NATO’s promise of collective security rests on the notion that aggression against one member of the Atlantic alliance triggers a response from all. Yet Russia’s swift, stealthy operation to annex Crimea and destabilize eastern Ukraine has cast doubt on the alliance’s capacity to fulfill that promise. What can NATO realistically do if Vladimir Putin sets his sights on the Baltic states?
The latest warning comes in a new report by the Defense Committee of the U.K. House of Commons. The report surveys NATO’s widening conventional capability gap with Russia, highlights the Kremlin’s aggressive nuclear posture and points to the doctrinal limitations that could hamstring a response to the next round of aggression.
Its stark conclusion: “NATO is currently not well-prepared for a Russian threat against a NATO Member State.” Case in point: The British Army now fields a grand total of 156 main battle tanks, amounting to a single regiment. Russia has more than 2,800 active main battle tanks, according to a 2013 study by the International Institute for Strategic Studies. The committee notes that the Kremlin has unveiled an ambitious plan to expand and modernize Russia’s conventional forces, with the aim to increase the proportion of conventional assets classed as “modern” to 70 percent by 2020, up from 10% in 2012.
Then there is Russia’s bold nuclear-force posture. “Russia sees its strategic nuclear forces as a key deterrent to potential Western intervention or belated response to Russian aggression,” the committee notes. “Russia dedicates a third of its Defense budget to them.” Moscow has at least twice since 2009 simulated nuclear strikes, including one targeting Warsaw. By contrast, the Obama Administration earlier this year announced plans for sharp, and unilateral, cuts to the U.S. strategic force well ahead of the 2018 deadline set by the New Start treaty.
The committee’s most important findings relate to outdated doctrines that could prevent the alliance from keeping pace with Moscow’s sophisticated, evolving strategy. A linchpin of Russian strategy is what the committee calls “ambiguous warfare.” As one Russian defense theorist puts it, ambiguous warfare involves using irregular forces, cyberattacks and information warfare to “neutralize adversary actions without resorting to weapons (through indirect actions), by exercising information superiority.”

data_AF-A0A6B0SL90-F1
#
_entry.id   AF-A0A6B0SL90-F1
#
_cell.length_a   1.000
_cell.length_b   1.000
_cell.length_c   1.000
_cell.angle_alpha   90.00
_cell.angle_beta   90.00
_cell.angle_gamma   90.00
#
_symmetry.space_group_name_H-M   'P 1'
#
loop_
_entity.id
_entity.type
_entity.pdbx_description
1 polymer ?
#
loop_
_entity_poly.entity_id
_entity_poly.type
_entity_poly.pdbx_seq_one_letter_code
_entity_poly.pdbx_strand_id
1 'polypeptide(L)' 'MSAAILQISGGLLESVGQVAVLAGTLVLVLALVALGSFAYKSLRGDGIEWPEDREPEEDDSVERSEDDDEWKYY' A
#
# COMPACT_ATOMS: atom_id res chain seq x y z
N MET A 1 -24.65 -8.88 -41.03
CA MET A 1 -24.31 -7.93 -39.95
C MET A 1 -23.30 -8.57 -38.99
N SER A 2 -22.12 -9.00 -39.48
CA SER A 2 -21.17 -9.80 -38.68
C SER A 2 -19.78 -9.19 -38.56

The trouble ambiguous warfare poses to NATO is that the alliance’s collective-defense obligations, and the strategic doctrines pinned to them, call for responding to “armed” assaults. But Russian aggression against, say, Lithuania may not look like an outright assault. The Kremlin is more likely to use Russian-language media to agitate the country’s ethnic-Russian population while debilitating basic state functions through cyberattacks and the deployment of irregular commandos.
The Crimean operation provided a blueprint for such attacks, and the Atlantic alliance would be foolish not to update its doctrines to meet the new Russian threat when the next NATO summit convenes in Cardiff in September. But no amount of doctrinal evolution will matter if NATO members continue to treat national defense as someone else’s burden.
Wall Street Journal,